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MADRID – Hot air from Africa is bringing a new heatwave to Europe, prompting health warnings about Sahara Desert dust and exceptionally high temperatures that are forecast to peak at 47 degrees Celsius (116.6 Fahrenheit) in some southern areas.
The torrid weather meant public services were put on alert in the Iberian peninsula, where temperatures were forecast to reach 44 degrees (111 Fahrenheit) Thursday in the Portuguese city of Evora, 130 kilometers (81 miles) east of Lisbon and the Spanish province of Badajoz across the border.
A hot air mass was moving northward from Africa, authorities said, warning that the mercury could peak at 47 degrees Celsius this weekend in some areas of southern Portugal.
Portuguese authorities issued a nationwide health warning, including for dust from the Sahara Desert. Warnings were also issued for 40 of Spain's 50 provinces. The southeastern Portuguese town of Beja is expected to see a peak of 47 degrees C on Saturday.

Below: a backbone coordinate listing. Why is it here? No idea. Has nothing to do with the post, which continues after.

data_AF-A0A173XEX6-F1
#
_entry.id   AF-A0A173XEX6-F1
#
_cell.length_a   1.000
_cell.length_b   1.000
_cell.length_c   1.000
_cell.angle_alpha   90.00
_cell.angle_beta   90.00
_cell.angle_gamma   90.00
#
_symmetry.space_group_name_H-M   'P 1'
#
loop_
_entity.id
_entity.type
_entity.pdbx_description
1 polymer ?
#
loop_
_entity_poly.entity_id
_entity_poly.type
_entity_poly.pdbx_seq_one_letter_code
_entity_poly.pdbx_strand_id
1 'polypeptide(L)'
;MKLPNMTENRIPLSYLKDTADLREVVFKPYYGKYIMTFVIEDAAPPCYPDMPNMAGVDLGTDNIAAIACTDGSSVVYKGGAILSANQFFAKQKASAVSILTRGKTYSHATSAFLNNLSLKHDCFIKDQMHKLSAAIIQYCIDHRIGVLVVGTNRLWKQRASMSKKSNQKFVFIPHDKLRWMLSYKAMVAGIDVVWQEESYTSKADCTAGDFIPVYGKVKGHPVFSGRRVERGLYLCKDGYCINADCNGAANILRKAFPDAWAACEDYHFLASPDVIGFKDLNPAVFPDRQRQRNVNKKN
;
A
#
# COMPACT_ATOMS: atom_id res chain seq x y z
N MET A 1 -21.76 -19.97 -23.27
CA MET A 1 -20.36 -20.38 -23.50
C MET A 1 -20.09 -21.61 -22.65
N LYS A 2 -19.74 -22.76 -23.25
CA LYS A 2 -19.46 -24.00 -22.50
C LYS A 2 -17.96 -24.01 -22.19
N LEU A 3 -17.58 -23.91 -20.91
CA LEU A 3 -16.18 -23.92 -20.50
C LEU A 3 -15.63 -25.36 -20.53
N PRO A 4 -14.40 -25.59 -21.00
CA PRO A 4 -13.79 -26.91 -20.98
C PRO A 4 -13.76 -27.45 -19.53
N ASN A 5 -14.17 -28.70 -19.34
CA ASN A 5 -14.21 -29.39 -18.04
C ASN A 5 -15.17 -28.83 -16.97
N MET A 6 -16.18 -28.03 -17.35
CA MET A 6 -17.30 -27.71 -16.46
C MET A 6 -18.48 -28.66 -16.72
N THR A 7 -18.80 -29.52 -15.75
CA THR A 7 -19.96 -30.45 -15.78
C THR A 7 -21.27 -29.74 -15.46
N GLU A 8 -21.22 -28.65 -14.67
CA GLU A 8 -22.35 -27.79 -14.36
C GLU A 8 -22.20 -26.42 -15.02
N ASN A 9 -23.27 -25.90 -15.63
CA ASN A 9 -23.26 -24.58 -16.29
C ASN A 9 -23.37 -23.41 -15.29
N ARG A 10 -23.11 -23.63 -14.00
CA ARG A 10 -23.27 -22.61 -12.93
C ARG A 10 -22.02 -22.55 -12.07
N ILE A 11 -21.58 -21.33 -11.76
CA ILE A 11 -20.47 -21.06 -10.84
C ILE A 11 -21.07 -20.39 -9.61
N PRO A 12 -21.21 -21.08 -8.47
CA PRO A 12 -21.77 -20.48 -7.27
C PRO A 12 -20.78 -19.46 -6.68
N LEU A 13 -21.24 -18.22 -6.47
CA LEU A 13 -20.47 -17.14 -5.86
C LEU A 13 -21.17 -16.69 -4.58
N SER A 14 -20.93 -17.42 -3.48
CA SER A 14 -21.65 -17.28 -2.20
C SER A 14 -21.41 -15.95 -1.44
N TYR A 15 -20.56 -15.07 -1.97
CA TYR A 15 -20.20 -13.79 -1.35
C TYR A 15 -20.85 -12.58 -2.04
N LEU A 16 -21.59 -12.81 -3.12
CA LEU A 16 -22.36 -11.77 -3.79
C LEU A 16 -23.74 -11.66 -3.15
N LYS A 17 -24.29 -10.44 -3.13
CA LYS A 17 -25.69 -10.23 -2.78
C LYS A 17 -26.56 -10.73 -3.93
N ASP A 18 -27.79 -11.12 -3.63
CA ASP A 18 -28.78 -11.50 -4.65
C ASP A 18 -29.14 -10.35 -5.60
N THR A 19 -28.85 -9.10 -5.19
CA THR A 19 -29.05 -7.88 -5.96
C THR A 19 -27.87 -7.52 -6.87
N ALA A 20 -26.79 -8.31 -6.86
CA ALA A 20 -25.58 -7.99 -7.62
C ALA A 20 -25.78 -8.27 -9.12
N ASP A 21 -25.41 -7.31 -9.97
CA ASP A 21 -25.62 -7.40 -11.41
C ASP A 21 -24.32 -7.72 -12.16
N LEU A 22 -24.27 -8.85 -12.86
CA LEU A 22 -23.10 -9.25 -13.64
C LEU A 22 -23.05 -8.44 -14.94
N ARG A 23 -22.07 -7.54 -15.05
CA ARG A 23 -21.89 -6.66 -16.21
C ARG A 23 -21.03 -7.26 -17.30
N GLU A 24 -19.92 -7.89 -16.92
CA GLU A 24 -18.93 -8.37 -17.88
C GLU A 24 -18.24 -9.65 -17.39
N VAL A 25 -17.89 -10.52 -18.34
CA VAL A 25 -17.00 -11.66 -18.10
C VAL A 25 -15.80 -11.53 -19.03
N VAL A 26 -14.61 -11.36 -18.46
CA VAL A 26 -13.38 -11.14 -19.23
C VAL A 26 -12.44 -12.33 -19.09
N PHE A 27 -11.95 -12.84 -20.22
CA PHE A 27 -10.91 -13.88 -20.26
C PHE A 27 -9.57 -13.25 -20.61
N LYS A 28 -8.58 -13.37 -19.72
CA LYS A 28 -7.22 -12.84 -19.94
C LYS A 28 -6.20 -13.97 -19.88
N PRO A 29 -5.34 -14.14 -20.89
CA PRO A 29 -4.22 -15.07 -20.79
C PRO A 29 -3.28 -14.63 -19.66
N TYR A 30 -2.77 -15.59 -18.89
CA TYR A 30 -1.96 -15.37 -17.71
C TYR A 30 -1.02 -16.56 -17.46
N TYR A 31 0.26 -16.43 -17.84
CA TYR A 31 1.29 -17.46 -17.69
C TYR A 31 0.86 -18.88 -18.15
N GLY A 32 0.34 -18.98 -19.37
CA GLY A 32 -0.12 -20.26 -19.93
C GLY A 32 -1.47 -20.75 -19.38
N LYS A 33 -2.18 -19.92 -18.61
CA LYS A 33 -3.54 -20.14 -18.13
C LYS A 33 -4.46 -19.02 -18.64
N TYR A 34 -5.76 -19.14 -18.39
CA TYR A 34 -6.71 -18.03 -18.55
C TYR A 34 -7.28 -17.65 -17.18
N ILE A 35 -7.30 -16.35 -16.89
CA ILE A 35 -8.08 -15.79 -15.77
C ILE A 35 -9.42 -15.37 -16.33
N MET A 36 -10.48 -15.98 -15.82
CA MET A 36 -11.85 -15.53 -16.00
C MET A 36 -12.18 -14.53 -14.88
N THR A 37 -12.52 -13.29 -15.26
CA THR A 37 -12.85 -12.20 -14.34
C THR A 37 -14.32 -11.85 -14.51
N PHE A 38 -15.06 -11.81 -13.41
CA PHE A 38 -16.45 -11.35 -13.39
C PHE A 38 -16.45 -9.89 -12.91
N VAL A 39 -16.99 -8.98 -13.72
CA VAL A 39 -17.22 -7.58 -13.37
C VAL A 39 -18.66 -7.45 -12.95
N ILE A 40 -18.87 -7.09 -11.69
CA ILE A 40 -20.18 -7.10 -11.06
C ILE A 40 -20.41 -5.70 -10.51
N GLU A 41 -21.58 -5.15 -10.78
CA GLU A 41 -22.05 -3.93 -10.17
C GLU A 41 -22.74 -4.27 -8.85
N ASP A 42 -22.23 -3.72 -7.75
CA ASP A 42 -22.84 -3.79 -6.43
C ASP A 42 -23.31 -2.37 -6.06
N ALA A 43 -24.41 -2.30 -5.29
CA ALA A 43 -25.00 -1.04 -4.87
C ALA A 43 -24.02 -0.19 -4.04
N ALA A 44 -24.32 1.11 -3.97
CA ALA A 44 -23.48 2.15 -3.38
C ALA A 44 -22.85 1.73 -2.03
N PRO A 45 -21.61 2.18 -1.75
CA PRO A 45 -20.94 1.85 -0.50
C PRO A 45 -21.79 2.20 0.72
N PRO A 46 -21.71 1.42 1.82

Up north in Sweden, the country's official tallest point is set to change amid record temperatures.
Scientists said a glacier on Kebnekaise mountain, the Scandinavian country's highest peak at 2,111 meters (6,925 feet, 10 inches), is melting and is no longer Sweden's tallest point.
Gunhild Rosqvist, a Stockholm University professor in geography, said the glacier lost four meters (13 feet, 2 ½ inches) of snow in July alone as Sweden endured record temperatures that triggered dozens of wildfires, even in the Arctic Circle.
In eastern Europe, Poland was also enduring unusually high temperatures as the hot African air pushed temperatures up to 34 degrees Celsius (93.2 Fahrenheit).
The country's power plants went into emergency mode to increase output due to wide use of air conditioning and electric fans. Authorities in Warsaw placed cooling water installations in the streets and advised people to stay indoors. Dozens of Baltic Sea beaches have "no swimming" warnings due to health risks from algae blooms.
As farmers across the continent battle the effects of drought, the European Union has offered to speed up funds to help them cope.
At least eight of the EU's 28 member countries have also appealed for flexibility in the application of Europe's crop diversification and environment rules due to adverse weather.
AP correspondents across Europe contributed to this report.